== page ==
In 1888, 128 years ago, English author and dessert chef, Agnes Bertha Marshall, published Book of Cookery, containing the ice cream cone recipe my mother mimicked in her own kitchen when I was young. 

The ice cream cone recipe was different from the one Mrs. Shields sold in her 1950s neighborhood confectionery down the street from where we lived. Mrs. Shields bought her cones wholesale off the back of a truck from a traveling salesman. Her ice cream was store-bought, too, which, according to most her the neighbors who bought her goods, were also very over priced. 

Agnes Bertha Marshall was the authority on cold sweet treats, according to my mother. Marshall wrote so many books on the preparation of desserts made from flavored ices, the English author earned the title, Queen of Ices. 

American Flag Waving
Labor Day, a National Holiday
Celebrating the American Worker

Ice Cream Cones and Labor Day Go Hand-in-Hand


Don't get me wrong, my mother was knowledgeable about and appreciated the real history of Labor Day and many other things in the human experience, on which she did not hesitate educating me. The historical marker for Labor Day, as well as many other historical date markers were common discussions in our house. My mother used the calendar for some of the liveliest history lessons, which she called history stories trying to make me think of these conversations as everyday dinner table banter instead of what the conversations really were--an extension of school!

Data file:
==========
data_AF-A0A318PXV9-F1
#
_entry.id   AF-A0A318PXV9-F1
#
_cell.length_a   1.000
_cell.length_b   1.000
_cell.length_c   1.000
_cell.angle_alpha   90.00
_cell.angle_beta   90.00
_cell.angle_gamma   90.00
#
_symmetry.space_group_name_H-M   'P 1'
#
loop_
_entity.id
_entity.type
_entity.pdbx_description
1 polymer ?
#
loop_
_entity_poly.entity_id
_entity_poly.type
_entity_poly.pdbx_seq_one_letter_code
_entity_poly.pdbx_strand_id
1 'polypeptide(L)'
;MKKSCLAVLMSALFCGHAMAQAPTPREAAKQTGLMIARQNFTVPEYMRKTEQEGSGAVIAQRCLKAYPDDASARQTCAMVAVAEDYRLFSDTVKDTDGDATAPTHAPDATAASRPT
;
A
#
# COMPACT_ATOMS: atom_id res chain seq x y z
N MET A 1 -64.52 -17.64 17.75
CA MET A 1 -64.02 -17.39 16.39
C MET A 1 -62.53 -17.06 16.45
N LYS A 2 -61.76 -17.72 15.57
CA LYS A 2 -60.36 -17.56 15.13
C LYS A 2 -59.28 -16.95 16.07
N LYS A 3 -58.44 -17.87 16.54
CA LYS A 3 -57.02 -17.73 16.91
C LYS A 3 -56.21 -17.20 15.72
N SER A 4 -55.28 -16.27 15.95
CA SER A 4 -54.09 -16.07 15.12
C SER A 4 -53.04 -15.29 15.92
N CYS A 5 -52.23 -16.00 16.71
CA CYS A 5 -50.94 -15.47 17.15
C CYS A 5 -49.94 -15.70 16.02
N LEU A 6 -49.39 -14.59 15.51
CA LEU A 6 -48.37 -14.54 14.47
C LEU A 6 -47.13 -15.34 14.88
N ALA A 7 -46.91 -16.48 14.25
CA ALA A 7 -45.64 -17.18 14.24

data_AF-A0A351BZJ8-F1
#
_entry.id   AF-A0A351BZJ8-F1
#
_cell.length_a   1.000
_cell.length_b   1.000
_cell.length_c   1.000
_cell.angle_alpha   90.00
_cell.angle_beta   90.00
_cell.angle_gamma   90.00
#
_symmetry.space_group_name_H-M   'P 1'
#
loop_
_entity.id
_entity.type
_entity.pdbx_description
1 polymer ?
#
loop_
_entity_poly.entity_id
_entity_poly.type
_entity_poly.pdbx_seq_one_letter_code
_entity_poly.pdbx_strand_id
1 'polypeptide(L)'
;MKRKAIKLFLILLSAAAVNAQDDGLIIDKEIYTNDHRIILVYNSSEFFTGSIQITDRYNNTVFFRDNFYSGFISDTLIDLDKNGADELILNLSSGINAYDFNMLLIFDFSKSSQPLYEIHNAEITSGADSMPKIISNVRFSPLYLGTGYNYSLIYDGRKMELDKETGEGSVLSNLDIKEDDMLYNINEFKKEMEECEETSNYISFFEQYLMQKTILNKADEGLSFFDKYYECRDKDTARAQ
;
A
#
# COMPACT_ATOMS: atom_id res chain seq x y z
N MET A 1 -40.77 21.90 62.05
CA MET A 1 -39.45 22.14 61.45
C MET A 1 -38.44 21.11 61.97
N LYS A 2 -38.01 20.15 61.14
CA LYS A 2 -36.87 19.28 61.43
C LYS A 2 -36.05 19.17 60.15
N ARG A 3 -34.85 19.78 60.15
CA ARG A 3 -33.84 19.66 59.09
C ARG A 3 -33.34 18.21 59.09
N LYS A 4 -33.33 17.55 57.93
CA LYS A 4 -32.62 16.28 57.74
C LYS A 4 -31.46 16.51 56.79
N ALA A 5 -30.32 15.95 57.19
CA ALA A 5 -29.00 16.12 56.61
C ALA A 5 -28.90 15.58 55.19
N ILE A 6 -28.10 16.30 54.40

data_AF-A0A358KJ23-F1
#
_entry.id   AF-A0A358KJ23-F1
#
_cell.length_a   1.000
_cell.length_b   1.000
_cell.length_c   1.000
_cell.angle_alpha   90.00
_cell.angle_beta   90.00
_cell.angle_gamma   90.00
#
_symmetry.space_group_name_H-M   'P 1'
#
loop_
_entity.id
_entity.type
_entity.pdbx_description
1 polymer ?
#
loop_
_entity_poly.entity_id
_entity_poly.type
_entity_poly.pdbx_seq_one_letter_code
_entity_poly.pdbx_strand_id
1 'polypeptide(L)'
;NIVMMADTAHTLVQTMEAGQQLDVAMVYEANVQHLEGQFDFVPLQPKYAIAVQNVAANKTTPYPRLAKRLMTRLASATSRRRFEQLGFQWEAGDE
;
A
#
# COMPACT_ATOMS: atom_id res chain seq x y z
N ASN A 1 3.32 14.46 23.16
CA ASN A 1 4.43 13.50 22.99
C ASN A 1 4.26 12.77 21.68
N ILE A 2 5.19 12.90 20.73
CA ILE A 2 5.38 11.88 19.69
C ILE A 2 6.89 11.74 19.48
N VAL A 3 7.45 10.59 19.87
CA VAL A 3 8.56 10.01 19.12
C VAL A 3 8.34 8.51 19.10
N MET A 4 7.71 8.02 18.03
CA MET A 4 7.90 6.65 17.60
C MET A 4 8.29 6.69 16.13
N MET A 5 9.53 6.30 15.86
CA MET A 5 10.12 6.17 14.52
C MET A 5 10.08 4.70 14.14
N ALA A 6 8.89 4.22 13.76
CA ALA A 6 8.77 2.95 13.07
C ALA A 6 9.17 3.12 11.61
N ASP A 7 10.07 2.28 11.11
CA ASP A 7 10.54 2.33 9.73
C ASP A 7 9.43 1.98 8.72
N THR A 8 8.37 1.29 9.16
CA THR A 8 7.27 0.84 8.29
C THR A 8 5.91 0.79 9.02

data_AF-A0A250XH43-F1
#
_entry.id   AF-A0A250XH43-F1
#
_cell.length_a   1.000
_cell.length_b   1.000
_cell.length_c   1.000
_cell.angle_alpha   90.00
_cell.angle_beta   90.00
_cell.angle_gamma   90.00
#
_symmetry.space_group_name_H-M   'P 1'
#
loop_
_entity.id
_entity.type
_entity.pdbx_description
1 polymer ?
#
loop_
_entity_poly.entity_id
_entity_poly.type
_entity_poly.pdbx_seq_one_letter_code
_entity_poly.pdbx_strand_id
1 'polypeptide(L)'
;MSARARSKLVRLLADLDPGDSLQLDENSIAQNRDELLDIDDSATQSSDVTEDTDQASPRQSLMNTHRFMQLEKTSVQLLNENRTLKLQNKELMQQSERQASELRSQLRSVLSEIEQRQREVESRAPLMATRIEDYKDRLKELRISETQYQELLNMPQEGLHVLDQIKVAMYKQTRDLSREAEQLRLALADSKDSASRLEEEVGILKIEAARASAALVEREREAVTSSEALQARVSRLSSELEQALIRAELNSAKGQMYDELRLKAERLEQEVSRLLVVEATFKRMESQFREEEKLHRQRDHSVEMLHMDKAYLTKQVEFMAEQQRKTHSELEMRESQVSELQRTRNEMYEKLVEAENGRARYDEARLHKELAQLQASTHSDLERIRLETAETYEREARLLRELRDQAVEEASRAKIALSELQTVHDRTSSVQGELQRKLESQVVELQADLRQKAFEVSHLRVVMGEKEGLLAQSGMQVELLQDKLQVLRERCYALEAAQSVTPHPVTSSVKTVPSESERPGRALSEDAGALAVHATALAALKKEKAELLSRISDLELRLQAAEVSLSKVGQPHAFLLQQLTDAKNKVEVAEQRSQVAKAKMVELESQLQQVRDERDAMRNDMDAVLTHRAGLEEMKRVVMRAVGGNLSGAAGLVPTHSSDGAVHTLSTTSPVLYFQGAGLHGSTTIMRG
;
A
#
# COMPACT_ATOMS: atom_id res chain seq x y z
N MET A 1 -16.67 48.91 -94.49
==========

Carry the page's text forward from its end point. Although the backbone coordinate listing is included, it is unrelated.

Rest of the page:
I guess you could surmise that my mother was a history buff and did her best to turn me into one, too.  Not only was she a history buff, but a science buff, a math buff, an art buff, language buff; you name it! If it had to do with education, the subject made her a buff. She scoured used book store shelves and, yard and estate sales looking for suitable material to use against all of my free time. At the time when I was growing up, public policy prevented us from entering most libraries. Occasionally, a neighbor that worked for the city as a library janitor brought my mother worn library books discarded from shelves due to overuse, wear-and-tear and abuse. 

Repairing a book with a broken spine or torn pages, and erasing pencil marks from margins, my mother complained, "Some people should not be allowed to check out library books because they don't know how to handle them! And they won't let us into the public library!"

I was not allowed to celebrate something unless I had an understanding of what the something was and, sometimes, not even then; as in my grandmother's lesson on Halloween, another story. But I will keep this discussion focused on ice cream cones and Labor Day.


History of Labor Day


My great grandmother's homemade ice cream recipe marked the end of summer.


Vintage White Mountain Ice Cream Freezer
Vintage White Mountain
Ice Cream Freezer
Similar the the the 100-plus-year-old 
antique, wooden ice cream freezer
in the possession of my family 
for decades after 
my great-grandmother died.
On Labor Day, my mother made her grandmother's 100-plus-year-old homemade ice cream recipe given to her by her grandmother to use with the 100-plus-year-old antique wooden ice cream freezer, also a gift from her grandmother. I remember the freezer well. It stayed in the family for years, coming first into the possession of my grandmother via her mother, then my mother.